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DC voltage drop Q

12/21/2004 11:11 PM
DC voltage drop Q
Useing 5v3a winding to a ss fwb to a 10m cap I get an unloaded voltage of 6.6vdc. Running this to a single 12ax7 heater drops this to 5.4vdc, I know that dc req's 40% more current than ac, but even at 420ma Im still way under 3a, why such a large voltage drop? Is there any way to get the minimal 5.7vdc 12ax7 req out of a 5v winding?  
12/22/2004 6:58 AM
Don Symes

It's all about the transformer's source impedance ... at least that's the impression I get fiddling with it under Duncan's PSUD-II (Power Supply Unit Designer).  
With the load down to 10mA, you get 5.5-ish volts, adn darned noisy at that.  
...geeze - with the load at 500k ohms, you don't quite get to 5.7V.  
Pick up a copy at in the software section. Measure your 5V winding's DCr and enter that (I was using 3 ohms).  
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12/22/2004 7:39 AM
Wild Bill

10 Mfd? Way too low, IMHO.  
These are low voltage 5vac rectifier pulses and you are asking much more current than you'd draw from a plate B+ supply. So that 10 mfd can never charge up very much - essentially it's not enough to be a cap input filter.  
Hang a 470 mfd or even a 1000 mfd in there and see what happens. I find that when using these windings for DC filaments 500 or 1000 mfd is the minimum value, especially to reduce ripple. With only 10 mfd I'd expect to get a bad filter hum in the 12AX7.  
---Wild Bill
12/22/2004 8:34 AM

Thanks Guys  
Im going by KOC's TOT filter supply that should be able to feed 2 12ax7s  
same PT,  
same bridge  
same cap 2200u, i played w/whis value a little but w/little of no chnage  
I just dont get why Im not replicateing KOCs loaded voltage. I tried dong this in the past w/the 6.3 winding and not having any success. Can some one point me to a solid method of a good dc supply for 2-3 12ax7's? Getting a dedicated filament xfer a choke and a bunch of hi u caps is no problem, I just want to get a clean dc heater supply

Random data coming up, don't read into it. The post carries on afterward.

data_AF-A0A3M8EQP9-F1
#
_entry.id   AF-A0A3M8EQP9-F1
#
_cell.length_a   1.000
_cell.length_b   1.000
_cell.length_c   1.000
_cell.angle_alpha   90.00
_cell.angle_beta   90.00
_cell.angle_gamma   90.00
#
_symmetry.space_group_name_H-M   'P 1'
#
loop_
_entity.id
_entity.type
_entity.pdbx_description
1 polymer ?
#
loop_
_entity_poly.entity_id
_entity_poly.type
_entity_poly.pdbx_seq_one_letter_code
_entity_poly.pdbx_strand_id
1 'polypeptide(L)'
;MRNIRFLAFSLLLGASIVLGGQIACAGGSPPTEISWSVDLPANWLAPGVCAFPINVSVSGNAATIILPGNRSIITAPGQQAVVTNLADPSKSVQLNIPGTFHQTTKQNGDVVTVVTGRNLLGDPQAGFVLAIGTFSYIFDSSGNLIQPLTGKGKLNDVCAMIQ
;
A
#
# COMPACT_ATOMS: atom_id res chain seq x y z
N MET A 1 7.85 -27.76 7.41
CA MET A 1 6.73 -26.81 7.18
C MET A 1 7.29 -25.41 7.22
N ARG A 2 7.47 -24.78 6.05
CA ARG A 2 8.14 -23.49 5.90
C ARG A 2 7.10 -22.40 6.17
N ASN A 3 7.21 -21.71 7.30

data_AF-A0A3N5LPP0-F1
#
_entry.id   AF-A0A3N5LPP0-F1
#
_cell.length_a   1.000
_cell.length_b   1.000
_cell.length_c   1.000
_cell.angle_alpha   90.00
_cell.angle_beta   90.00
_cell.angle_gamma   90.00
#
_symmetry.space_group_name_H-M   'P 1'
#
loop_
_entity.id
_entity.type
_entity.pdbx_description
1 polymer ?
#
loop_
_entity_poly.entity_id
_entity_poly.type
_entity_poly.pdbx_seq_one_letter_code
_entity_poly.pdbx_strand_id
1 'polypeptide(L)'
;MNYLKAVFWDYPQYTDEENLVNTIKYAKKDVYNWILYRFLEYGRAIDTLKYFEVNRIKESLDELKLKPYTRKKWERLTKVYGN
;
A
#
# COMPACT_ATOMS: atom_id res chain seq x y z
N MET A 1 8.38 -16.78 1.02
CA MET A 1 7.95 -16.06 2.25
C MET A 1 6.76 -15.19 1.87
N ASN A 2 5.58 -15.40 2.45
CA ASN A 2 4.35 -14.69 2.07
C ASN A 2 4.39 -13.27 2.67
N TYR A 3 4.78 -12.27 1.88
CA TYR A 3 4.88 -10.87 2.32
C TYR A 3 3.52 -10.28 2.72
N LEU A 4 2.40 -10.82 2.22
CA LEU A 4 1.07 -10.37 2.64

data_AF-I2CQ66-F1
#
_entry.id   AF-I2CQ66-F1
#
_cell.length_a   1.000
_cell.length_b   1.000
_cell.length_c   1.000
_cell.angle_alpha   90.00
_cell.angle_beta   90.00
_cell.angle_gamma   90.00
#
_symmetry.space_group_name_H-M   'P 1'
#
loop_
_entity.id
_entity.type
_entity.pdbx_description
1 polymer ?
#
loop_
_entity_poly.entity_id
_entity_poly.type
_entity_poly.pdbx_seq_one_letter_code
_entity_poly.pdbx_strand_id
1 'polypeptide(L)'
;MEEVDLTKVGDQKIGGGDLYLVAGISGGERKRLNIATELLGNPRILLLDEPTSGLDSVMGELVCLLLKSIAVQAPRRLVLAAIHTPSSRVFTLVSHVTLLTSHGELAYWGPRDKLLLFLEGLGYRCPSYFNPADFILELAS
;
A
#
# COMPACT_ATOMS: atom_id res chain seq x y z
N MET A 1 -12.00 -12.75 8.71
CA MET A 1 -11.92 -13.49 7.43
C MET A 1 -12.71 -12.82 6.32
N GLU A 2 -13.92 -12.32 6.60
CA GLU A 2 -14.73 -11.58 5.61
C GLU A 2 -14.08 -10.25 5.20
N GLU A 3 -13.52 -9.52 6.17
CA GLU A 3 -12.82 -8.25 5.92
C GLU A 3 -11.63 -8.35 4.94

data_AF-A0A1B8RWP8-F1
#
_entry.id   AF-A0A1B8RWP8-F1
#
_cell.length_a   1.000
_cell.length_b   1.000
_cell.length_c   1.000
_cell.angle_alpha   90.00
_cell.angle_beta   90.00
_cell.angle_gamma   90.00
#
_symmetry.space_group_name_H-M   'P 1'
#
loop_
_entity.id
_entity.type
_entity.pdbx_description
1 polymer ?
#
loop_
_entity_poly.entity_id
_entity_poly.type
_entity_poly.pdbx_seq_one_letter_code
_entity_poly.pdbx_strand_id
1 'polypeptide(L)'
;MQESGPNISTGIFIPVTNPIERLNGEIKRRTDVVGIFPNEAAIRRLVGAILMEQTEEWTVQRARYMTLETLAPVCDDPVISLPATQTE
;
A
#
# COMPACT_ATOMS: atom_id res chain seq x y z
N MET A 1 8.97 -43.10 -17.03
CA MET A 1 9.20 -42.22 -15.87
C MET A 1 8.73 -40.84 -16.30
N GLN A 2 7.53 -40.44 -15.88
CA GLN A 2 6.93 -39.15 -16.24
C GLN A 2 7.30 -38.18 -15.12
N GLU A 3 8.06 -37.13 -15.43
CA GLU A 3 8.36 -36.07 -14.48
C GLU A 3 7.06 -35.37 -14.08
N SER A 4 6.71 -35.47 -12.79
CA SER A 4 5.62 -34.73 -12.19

12/22/2004 10:38 AM
Don Symes

"Getting a dedicated filament xfer a choke and a bunch of hi u caps is no problem"
Choke? What's the choke for (except to drop some voltage)? Just my stupid opinion, but that seems like like overkill.
12/23/2004 12:22 AM

Ya a choke if itll smooth things out. Ive got 2 small spares from early tweed builds, whether their appropriate or not I dunno.  
Thanks for the PSUD Ive been screwing around w/it, but must confess Im haveing difficulty interpreting the results.  
I did however figure out the heater has a resistance of 5r, why this totally escaped me I dunno.  
Just a noob taking baby steps  
12/23/2004 7:30 PM
Don Symes

It's not the MOST intuitive tool, but if you screw around with it a bit using PSU circuits you know or understand, the light slowly comes on.  
In the tool, you select a (major) section and tell it what topology you have in mind. Then you can select individual components in each section and get fairly detailed about its properties (try double-clicking in the various menus).  
Once you've completed a run, you select the V or I node(s) you want graphed - like in some SPICEs - and you get a semi-usable picture. You may find it useful to futz with the time parameters to delay and scale the graph.
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